What Did We Learn?
So, we now know that photosynthesis is the process by which plants produce their food, using Chl. We also know that the reduced amount of light available in the oceans decreases this photosynthetic process. Nature has evolved some helper chemical molecules known as phycobiliproteins, which are able to absorb the colors of light available in the oceans and turn this light into a color that Chl molecules can use. These phycobiliproteins are found in tiny, invisible-to-the-naked-eye cyanobacteria, whose photosynthesis is responsible for providing food for the living organisms in the oceans and also for making the oxygen in our atmosphere that we breathe every second. Isn’t it exciting that these tiny organisms can make such a difference to marine life? In the future, we hope to gain more understanding of the functions of phycobiliproteins and the roles that they may play for the benefit of mankind.
Photosynthesis: ↑ A process by which plants produce food for themselves and other organisms using sunlight and carbon dioxide gas.
Chlorophyll: ↑ A chemical molecule present in plants that absorbs the sunlight for photosynthesis.
Phycobiliproteins: ↑ Colored pigments found in cyanobacteria and certain other organisms, which help in photosynthesis by absorbing certain colors of light which chlorophyll cannot absorb.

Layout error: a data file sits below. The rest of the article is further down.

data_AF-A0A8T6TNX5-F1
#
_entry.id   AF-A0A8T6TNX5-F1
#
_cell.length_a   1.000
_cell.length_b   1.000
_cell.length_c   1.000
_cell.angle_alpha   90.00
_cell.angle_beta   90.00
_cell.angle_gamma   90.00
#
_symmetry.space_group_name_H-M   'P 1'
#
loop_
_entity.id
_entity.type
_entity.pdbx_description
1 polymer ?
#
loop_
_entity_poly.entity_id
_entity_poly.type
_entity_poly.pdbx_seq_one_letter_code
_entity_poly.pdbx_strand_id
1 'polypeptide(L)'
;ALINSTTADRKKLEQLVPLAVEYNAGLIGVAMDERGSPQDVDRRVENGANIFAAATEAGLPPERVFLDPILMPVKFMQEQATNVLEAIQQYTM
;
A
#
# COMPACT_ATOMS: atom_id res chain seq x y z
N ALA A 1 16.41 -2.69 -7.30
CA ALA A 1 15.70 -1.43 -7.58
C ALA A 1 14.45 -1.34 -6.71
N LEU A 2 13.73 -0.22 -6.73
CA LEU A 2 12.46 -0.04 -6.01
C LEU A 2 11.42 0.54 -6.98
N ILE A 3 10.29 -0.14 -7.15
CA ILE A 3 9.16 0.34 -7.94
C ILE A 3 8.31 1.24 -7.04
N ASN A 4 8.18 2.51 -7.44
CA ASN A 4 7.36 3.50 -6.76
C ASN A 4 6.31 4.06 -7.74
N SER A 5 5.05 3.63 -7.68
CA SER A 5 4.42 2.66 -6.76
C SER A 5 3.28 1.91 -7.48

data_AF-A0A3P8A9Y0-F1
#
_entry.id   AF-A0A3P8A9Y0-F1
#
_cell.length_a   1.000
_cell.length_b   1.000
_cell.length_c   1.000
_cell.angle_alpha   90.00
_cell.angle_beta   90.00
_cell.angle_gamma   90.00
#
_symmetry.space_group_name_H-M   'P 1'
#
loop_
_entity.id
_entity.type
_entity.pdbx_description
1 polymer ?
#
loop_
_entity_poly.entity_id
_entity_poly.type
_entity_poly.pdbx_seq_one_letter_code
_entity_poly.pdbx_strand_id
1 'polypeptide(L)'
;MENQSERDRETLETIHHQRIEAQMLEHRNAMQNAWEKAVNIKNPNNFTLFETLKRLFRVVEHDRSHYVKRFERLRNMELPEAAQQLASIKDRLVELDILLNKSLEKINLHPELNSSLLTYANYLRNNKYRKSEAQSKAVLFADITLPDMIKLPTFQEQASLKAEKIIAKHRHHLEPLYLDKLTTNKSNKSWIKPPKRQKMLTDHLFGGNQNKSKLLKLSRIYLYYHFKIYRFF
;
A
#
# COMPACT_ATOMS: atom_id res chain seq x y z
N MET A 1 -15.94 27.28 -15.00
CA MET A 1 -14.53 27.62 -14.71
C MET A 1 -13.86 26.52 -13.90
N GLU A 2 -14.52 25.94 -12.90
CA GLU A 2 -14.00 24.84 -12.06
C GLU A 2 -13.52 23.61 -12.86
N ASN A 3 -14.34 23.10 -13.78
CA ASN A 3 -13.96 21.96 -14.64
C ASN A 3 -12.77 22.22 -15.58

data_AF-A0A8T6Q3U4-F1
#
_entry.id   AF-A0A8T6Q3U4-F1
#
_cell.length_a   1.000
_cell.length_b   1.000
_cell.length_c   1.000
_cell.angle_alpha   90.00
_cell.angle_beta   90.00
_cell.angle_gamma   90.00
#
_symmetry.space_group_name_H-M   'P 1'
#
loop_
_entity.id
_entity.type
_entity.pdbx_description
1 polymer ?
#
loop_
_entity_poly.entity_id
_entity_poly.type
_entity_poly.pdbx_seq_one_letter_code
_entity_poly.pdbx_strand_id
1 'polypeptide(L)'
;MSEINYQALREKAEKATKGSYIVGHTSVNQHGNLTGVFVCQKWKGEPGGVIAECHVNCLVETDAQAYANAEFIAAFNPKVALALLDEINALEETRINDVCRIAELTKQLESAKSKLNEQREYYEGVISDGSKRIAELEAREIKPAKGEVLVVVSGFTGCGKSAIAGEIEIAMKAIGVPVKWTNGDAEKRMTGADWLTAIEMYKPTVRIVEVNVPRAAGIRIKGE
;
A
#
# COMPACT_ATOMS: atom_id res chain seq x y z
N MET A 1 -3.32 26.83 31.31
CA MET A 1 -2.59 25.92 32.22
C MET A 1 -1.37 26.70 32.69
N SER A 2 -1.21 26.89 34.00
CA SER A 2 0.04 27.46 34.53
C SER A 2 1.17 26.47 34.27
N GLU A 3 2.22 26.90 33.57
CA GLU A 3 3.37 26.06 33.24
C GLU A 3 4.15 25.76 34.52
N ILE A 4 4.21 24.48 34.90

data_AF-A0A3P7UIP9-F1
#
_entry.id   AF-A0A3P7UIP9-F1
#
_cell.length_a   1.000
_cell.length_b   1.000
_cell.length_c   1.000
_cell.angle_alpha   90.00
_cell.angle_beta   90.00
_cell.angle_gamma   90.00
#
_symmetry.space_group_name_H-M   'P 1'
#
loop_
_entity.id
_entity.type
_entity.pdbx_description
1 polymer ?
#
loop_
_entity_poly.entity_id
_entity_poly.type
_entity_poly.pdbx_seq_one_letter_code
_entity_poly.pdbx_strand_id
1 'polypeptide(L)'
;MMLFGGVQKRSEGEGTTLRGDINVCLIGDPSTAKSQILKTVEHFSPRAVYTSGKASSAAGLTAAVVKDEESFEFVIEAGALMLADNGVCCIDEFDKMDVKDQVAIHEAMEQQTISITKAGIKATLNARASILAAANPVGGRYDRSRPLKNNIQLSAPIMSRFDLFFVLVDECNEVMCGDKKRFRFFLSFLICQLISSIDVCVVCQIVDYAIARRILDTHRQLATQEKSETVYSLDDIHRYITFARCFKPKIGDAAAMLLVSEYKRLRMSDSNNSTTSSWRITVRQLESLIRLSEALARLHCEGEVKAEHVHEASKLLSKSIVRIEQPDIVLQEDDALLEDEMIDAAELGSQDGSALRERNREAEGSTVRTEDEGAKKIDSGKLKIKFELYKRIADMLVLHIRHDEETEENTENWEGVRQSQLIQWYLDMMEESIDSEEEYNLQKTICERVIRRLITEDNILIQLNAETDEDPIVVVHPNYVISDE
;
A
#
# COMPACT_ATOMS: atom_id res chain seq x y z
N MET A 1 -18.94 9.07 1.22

Fluorescence: ↑ The property of certain compounds to absorb one color of light and to give off another color. Phycobiliproteins use this property to change the color of light they absorb so that the light can be used for photosynthesis.
Conflict of Interest Statement
The authors declare that the research was conducted in the absence of any commercial or financial relationships that could be construed as a potential conflict of interest.
This manuscript has been assigned registration number CSIR-CSMCRI – 114/2016. TG gratefully acknowledges AcSIR for Ph.D. enrollment and CSIR (CSC 0105) for financial support.
 ↑ Sidler, W. A. 1994. Phycobilisome and phycobiliprotein structure. In: Bryant, D. A., editor. The Molecular Biology of Cyanobacteria. Dordrecht: Springer. p. 139–216.
 ↑ Ghosh, T., Paliwal, C., Maurya, R., and Mishra, S. 2015. Microalgal rainbow colours for nutraceutical and pharmaceutical applications. In: Bahadur, B., Venkat Rajam, M., Sahijram, L., and Krishnamurthy, K. V., editors. Plant Biology and Biotechnology: Volume I: Plant Diversity, Organization, Function and Improvement. New Delhi: Springer. p. 777–91.
 ↑ Satyanarayana, L., Suresh, C. G., Patel, A., Mishra, S., and Ghosh, P. K. 2005. X ray crystallographic studies on C-phycocyanins from cyanobacteria from different habitats: marine and freshwater. Acta Crystallogr. Sect. F 61(9):844–7. doi:10.1107/S1744309105025649